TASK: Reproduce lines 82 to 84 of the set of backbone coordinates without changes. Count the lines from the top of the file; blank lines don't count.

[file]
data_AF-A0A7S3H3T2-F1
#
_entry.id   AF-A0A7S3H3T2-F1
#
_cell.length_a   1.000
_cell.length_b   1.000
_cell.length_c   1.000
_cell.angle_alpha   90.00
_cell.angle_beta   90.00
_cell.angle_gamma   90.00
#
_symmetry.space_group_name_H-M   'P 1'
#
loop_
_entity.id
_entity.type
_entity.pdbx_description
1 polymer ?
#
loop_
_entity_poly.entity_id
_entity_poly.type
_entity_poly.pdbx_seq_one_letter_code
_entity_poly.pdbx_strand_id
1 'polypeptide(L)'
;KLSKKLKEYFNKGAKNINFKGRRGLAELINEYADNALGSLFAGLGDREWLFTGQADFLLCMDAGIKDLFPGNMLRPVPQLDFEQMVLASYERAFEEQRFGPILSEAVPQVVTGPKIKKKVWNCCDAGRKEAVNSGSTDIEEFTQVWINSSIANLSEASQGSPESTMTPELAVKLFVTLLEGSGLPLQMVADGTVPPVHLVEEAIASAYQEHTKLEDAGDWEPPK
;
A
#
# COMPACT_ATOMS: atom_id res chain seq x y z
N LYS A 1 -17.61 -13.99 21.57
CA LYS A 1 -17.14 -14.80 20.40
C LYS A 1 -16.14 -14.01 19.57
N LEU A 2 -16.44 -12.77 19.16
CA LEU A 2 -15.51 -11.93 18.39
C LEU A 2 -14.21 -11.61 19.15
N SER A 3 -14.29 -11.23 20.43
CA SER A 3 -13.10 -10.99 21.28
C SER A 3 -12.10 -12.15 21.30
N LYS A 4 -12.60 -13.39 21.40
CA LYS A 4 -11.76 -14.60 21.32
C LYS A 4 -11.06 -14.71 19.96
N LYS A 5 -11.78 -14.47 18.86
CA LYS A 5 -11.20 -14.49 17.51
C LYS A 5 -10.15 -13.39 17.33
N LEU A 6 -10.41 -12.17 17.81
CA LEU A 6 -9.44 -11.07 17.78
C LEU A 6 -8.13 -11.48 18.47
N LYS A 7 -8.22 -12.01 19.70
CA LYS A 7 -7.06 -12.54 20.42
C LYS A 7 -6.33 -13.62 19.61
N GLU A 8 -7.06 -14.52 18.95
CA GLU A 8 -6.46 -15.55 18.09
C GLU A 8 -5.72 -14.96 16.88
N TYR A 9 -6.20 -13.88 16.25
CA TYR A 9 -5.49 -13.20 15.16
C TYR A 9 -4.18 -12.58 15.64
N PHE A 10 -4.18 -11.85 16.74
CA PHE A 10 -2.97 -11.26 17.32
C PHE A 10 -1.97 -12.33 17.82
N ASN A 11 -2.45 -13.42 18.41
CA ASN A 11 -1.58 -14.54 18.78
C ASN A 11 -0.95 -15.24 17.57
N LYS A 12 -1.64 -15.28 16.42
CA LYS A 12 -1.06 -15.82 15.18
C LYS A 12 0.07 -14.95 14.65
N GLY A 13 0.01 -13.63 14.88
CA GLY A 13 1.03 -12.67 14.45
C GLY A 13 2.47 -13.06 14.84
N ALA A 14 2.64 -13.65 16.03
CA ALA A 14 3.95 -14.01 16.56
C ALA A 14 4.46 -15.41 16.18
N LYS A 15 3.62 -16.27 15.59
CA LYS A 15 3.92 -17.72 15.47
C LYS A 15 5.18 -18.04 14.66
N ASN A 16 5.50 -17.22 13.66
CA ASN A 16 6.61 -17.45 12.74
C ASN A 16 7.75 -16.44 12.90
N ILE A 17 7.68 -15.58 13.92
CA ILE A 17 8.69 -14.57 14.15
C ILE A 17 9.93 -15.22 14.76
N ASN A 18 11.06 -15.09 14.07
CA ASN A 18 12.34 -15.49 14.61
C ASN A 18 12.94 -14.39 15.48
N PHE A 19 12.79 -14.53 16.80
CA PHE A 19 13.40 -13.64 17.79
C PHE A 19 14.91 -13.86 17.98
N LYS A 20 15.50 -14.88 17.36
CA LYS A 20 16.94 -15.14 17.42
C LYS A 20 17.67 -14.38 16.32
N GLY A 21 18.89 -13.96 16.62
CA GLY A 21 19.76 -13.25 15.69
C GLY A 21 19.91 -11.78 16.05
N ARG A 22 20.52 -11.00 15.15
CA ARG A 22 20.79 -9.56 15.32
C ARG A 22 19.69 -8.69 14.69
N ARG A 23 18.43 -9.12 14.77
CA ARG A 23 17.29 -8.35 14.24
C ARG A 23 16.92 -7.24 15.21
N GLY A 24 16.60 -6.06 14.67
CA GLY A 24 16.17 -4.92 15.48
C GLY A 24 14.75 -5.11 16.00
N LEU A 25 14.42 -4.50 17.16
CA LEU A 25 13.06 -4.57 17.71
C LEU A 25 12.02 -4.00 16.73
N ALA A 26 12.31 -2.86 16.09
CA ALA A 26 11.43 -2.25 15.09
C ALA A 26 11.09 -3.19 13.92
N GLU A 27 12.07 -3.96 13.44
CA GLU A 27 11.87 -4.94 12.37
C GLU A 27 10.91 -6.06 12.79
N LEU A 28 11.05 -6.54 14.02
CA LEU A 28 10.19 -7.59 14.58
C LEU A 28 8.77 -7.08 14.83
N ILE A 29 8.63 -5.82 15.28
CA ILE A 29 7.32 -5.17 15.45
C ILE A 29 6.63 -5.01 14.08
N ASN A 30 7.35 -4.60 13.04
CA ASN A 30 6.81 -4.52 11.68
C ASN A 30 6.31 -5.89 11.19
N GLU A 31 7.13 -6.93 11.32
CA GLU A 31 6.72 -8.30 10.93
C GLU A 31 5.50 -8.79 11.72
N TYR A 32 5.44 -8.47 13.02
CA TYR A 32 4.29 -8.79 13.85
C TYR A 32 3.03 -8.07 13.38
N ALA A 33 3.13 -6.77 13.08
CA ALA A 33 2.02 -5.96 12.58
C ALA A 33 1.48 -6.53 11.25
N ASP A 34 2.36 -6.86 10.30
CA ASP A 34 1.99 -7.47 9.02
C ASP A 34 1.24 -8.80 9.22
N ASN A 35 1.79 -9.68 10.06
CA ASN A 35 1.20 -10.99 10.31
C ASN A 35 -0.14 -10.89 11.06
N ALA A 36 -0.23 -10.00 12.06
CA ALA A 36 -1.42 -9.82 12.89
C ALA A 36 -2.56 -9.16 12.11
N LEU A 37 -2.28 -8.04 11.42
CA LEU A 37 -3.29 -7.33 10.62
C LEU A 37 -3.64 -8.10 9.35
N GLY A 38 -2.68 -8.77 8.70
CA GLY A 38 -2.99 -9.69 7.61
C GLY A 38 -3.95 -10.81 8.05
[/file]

N ASN A 18 11.06 -15.09 14.07
CA ASN A 18 12.34 -15.49 14.61
C ASN A 18 12.94 -14.39 15.48